In 2011 Vikas Agarwal, Naveen D. Daniel, and Narayan Y. Naik published an academic paper at The Review of Financial Studies titled “Do Hedge Funds Manage Their Reported Returns”? They found evidence supporting their thesis. Here is the abstract of the paper:
For funds with high incentives and more opportunities to inflate returns, we find that (i) returns during December are significantly higher than returns during the rest of the year, even after controlling for risk in both the time series and the cross-section; and (ii) this December spike is greater than for funds with lower incentives and fewer opportunities to inflate returns. These results suggest that hedge funds manage their returns upward in an opportunistic fashion in order to earn higher fees. Finally, we find strong evidence that funds inflate December returns by underreporting returns earlier in the year but only weak evidence that funds borrow from January returns in the following year.
They say what hedge funds do to “manage” their returns is similar to what companies do to “manage” their earnings. Investors prefer hedge funds that have a low percentage of months with negative returns. This is why hedge funds try to smooth their returns.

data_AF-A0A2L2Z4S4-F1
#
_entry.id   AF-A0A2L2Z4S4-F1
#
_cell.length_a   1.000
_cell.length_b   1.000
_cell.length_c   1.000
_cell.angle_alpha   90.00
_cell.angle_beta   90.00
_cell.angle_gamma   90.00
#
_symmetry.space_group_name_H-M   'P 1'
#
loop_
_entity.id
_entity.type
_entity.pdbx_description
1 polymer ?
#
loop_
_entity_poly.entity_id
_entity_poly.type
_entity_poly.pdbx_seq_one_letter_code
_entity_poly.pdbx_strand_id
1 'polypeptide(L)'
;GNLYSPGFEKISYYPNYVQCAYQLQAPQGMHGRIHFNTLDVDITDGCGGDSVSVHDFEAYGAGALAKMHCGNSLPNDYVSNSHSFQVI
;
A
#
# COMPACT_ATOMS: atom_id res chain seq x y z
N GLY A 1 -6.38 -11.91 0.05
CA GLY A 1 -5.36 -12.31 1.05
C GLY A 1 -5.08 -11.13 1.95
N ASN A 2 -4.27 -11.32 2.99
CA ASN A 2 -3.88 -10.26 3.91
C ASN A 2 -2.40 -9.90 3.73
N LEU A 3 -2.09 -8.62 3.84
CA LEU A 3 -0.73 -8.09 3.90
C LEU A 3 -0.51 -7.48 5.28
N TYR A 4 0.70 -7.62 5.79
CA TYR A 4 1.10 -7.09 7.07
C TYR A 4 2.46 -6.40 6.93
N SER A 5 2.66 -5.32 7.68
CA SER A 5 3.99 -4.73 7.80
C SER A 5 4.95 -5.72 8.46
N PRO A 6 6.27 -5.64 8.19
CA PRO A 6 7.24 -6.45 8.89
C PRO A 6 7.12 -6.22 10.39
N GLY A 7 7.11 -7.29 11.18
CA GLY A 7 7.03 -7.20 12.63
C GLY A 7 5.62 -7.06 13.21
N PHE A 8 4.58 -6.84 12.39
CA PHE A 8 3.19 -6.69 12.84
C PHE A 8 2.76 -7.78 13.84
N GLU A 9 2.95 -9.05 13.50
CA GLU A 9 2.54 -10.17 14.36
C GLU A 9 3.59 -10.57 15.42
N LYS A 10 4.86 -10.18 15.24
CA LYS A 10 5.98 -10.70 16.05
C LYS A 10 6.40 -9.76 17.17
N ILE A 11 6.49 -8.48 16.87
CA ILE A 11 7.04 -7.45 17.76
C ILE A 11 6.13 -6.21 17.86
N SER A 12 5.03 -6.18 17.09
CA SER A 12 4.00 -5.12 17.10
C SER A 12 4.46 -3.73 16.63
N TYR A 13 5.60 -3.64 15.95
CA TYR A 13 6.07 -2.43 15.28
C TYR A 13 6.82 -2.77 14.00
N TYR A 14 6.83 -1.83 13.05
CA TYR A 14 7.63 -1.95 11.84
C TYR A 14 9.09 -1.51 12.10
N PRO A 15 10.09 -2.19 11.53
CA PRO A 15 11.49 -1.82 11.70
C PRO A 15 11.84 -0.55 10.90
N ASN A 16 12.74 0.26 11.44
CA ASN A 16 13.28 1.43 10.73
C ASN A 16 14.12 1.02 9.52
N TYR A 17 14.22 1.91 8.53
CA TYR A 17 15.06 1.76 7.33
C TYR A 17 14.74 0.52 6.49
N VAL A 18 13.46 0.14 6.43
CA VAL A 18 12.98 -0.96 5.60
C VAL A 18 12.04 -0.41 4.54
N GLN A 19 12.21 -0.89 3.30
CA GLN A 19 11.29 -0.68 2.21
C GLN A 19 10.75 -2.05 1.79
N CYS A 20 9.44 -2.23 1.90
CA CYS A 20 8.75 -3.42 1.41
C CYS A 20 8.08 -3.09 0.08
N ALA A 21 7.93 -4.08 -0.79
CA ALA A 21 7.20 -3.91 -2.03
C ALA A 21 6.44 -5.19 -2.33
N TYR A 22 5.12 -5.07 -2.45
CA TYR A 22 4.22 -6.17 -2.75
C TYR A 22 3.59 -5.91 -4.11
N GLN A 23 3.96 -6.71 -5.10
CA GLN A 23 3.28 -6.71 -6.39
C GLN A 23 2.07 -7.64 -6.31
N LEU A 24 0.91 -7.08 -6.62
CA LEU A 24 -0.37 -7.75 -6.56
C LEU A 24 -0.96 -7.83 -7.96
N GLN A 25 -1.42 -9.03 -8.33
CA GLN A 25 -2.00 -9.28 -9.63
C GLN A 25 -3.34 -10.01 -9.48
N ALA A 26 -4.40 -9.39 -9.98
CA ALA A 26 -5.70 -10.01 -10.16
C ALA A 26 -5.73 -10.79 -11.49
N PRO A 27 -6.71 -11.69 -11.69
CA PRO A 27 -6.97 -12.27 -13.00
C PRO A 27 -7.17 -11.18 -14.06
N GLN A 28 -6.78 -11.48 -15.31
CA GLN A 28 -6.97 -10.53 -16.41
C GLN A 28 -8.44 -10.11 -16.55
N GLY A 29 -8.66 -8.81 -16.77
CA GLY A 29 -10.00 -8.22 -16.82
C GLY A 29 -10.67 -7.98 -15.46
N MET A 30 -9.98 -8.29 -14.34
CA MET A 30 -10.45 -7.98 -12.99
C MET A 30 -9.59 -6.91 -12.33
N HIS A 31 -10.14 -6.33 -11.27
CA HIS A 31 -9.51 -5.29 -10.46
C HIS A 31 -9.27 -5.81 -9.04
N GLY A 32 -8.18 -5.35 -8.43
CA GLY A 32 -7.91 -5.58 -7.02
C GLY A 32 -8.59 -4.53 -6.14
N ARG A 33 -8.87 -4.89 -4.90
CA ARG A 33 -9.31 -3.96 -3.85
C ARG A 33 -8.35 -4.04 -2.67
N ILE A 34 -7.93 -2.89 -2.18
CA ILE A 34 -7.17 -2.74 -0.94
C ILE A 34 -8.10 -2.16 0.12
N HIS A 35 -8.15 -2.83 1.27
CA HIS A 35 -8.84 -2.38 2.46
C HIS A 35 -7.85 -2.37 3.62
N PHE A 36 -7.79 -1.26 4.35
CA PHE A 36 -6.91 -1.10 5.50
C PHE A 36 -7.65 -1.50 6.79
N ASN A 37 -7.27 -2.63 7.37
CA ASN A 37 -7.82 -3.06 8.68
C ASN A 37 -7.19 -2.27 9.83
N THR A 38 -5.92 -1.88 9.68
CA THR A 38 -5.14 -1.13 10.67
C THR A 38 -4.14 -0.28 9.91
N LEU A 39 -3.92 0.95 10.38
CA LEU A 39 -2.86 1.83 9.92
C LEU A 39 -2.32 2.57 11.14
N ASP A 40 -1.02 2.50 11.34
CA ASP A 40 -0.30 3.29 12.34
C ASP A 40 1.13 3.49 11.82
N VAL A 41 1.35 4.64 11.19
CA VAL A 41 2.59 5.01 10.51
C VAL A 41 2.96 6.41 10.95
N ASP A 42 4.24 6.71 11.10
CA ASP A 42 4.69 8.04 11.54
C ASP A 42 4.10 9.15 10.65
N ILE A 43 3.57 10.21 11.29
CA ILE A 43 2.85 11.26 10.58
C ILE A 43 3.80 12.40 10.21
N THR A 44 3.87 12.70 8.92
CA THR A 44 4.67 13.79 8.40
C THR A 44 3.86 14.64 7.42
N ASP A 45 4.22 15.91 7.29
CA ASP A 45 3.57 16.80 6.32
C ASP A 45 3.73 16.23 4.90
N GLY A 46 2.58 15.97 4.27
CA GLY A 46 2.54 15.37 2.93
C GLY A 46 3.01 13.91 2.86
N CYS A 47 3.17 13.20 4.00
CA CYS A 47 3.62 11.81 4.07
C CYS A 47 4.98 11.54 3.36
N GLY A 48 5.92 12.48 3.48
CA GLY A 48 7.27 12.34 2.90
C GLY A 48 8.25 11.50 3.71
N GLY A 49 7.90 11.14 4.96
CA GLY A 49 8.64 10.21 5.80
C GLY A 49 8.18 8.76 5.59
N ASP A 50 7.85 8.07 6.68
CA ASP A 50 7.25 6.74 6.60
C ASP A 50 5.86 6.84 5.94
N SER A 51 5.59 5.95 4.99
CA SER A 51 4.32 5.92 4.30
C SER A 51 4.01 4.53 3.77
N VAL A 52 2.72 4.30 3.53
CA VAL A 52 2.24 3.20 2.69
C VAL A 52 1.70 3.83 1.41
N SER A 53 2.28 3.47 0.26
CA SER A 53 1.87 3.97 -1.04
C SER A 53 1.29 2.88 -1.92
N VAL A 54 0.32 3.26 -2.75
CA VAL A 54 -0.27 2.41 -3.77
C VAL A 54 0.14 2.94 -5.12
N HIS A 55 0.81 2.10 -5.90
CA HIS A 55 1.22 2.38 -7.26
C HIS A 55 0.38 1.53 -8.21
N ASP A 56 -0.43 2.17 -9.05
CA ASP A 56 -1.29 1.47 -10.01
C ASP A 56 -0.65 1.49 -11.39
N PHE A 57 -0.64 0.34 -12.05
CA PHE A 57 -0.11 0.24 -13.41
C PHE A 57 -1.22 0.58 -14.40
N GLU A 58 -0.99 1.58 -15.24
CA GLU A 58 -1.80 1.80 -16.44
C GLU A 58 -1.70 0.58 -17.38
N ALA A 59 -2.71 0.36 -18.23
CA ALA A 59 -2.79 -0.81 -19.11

How do hedge funds manipulate their returns? There are two ways. If they have high returns in earlier parts of the year, they underreport their returns in these months and use them towards the end of the year. The second method they use to manipulate their returns is through last minute buying at the end of December. This practice is often called “portfolio pumping” or “painting the tape”. Here is a chart comparing hedge funds’ December return with their average return during the first 11 months of the year: